Let me now concentrate on the challenge of how future involuntary displacement may be averted. Needless to say, humanitarian organizations like mine are incapable of preventing conflict as such. On the other hand, I firmly believe that we can at least assist in developing an environment which lessens the potential for future trouble. Let me explain to you some of the contributions we try to make.

First, through presence. At the request of the governments of Central Asia we have opened offices in all five Republics. Through our presence we try to promote cooperation among the governments and local authorities in the region, an important aspect of regional stability. Our presence in places such as Osh in your own country allows us to gain a better understanding of the dynamics in the area, may provide confidence to the population and may attract other agencies to join us in providing support.

Second, capacity building. We concentrate on strengthening government structures as well as NGOs dealing with migration and refugee issues. Around the world, NGOs tackle problems for which governments lack time or resources. NGOs are moreover crucial vectors of civil society. They are close to the local population, allowing them to assess and address needs and to bring them to the attention of the authorities. Together with our partners, we have developed NGO Support Centres. We also assist in the drafting of relevant legislation, a process now under way in all countries of the region. We are creating legal library centres and organizing training in refugee and human rights law. The recently created Bishkek Migration Management Centre, which has been given a regional status, is, we believe, a promising initiative to expand training possibilities. We hope that it will also develop into a regional centre for research on ethnic tension and migration that could help provide the analysis necessary for designing effective preventive strategies.

Third, tolerance education. In the Kyrgyz Republic my Office developed an innovative Tolerance Education Project, designed to develop methodologies of non-violent problem solving through teacher training. During my visit to a school in Osh I was impressed by the numerous initiatives students and teachers had developed in their school and community. Such projects should have a positive potential in building inter-community understanding.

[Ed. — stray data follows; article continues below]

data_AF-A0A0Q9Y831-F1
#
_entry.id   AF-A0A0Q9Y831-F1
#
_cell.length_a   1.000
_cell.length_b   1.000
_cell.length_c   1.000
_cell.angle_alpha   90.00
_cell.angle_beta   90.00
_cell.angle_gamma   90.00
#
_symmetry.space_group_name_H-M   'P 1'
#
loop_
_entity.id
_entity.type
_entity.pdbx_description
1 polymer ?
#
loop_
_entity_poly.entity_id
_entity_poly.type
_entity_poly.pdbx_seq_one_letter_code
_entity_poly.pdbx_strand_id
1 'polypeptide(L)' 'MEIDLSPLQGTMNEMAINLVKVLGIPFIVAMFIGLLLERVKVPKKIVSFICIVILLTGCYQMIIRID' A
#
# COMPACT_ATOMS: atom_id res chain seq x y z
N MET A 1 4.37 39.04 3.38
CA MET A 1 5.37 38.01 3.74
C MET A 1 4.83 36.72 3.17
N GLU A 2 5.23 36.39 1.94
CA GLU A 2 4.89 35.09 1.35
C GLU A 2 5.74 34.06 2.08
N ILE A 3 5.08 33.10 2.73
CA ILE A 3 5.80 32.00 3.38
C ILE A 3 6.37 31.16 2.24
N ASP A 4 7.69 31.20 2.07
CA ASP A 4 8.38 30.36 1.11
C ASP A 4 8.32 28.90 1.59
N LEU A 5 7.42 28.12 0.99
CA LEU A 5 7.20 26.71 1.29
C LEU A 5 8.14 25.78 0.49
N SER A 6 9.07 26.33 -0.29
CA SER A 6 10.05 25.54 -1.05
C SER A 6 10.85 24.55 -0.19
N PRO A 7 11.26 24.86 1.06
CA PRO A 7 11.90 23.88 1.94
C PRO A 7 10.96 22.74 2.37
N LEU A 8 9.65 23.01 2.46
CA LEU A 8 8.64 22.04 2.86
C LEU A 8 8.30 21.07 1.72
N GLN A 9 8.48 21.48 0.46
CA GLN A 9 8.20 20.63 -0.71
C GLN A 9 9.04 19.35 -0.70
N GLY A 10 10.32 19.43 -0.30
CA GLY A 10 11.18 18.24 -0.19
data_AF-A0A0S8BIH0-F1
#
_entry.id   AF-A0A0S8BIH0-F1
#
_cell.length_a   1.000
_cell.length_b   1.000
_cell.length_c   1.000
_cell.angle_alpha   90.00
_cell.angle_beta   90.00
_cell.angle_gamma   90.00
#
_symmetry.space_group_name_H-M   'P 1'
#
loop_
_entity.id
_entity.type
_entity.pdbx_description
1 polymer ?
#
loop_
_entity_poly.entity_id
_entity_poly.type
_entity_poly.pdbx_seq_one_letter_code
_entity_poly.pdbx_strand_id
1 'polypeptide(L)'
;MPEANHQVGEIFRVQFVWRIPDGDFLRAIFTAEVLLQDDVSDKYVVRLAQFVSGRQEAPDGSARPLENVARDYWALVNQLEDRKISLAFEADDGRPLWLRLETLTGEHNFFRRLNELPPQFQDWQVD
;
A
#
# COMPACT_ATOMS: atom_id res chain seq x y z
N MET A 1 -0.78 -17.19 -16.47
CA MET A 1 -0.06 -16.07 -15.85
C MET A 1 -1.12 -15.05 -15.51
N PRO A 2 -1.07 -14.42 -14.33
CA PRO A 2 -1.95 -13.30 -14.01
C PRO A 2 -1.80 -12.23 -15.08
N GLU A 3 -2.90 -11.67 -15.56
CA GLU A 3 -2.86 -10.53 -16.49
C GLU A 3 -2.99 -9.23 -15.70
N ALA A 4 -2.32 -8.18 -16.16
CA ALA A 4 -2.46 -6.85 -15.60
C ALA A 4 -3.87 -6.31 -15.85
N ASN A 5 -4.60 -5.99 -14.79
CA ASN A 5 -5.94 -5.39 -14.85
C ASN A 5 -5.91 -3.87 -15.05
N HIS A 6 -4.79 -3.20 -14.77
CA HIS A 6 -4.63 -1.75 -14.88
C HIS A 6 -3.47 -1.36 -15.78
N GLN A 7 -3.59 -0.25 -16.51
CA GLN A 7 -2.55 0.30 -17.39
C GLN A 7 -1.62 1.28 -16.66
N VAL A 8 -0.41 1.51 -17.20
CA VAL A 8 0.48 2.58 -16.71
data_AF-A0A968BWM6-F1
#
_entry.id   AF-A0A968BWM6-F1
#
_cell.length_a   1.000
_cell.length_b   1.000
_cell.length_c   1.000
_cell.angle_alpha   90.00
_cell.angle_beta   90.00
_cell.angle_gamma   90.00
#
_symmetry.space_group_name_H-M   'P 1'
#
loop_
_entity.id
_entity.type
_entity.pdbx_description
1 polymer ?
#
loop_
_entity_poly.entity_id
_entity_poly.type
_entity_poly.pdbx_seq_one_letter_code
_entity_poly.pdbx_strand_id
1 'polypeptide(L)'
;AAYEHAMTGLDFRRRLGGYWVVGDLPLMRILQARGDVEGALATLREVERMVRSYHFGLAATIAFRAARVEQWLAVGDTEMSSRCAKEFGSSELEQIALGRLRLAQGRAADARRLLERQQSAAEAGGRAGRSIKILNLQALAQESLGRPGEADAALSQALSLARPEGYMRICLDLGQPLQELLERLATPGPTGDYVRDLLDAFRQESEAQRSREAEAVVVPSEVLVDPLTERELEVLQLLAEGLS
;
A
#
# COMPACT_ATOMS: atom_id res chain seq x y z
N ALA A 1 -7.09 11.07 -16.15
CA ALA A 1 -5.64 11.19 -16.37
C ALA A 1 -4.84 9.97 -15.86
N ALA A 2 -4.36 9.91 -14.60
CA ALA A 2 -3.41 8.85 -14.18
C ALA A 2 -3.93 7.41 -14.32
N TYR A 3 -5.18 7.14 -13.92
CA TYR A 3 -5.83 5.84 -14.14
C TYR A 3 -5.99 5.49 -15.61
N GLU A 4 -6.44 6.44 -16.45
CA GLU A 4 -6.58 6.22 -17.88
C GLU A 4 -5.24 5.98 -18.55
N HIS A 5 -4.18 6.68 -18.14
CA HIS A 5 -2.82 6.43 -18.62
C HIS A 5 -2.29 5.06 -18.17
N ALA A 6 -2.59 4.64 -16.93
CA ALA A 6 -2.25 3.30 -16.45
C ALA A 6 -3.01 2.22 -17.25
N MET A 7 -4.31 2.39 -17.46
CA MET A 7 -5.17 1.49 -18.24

Everyday we must indeed ask ourselves - what difference do these activities make, what is their impact, do we really deliver? I believe that there are already some positive signs. As I mentioned earlier, there is growing attention for migration and refugees issues and their possible cross border impact on national and regional stability. There is also an increasing understanding that refugee and migration issues do not stand alone, but are inextricably linked with other priority concerns such as unemployment, health, the social safety-net or education. Structures are being created to deal with refugees, there is more national and regional dialogue and accession to relevant international instruments. In the area of conflict prevention, various countries are either preparing or have developed mediation structures.

At the same time there are impressive examples of the positive role played by political and cultural leaders. That role is crucial, as we realize from our experiences across the globe. You may recall the joint visit of the famous Kyrgyz writer and diplomat, Chingiz Aitmatov, and his colleague, Adil Yakubov, a well-known writer from Uzbekistan, to the Osh region at the height of the problems there in 1990. Together they talked to the Kyrgyz and Uzbek populations and helped lessen tension. I should also mention that the Osh events would not have been resolved without the personal involvement of President Akaev and President Karimov. Other examples include a group of lecturers in Kazakhstan who travelled to Ust-Kamenagorsk in Kazakhstan, as a result of which social protection was enhanced and ethnic relations improved. This July, the second Issyk Kul Forum will be held, assembling writers and important figures from different countries. It is another opportunity to build bridges and understanding.

Central Asia is an area where mechanisms of conflict prevention have historical roots in societies made up of many different ethnic groups who lived together for hundreds of years. You had traditional structures such as Aksakal (elders) courts, which played an important part in reconciliation processes. Tolerance, the ability to forgive and to avoid revenge are part of this tradition. For hundreds of years, peoples in Central Asia, be it as nomads or settlers, led disparate lifestyles but interacted and often depended on each other's goods. Respect for the other in a region marked by the movement of peoples and cultures throughout history is still deeply rooted in the Central Asian societies. A strong, ancient tradition of hospitality has laid the basis for the reception of people in need of protection.

Let me therefore say in conclusion how proud we are in UNHCR to be active in this region and to tap these rich human traditions, as we work to assist victims of war and persecution and to avert unnecessary displacement in future. Our contributions would be fruitless without the support we receive from the leadership in the countries of Central Asia. I am extremely grateful for this. Much work still lies ahead. Let me also thank you once again for the visit to the Kyrgyz Slavic University. Here people from different cultural backgrounds study together to invest in a bright future for your country. At this time of transition there are many challenges for all of you. But I am confident that together you will build a society that can serve as an example elsewhere. Not a closed, narrow-minded, nationalistic one, but an open, creative and pluralistic society. I wish you all the best. Thank you.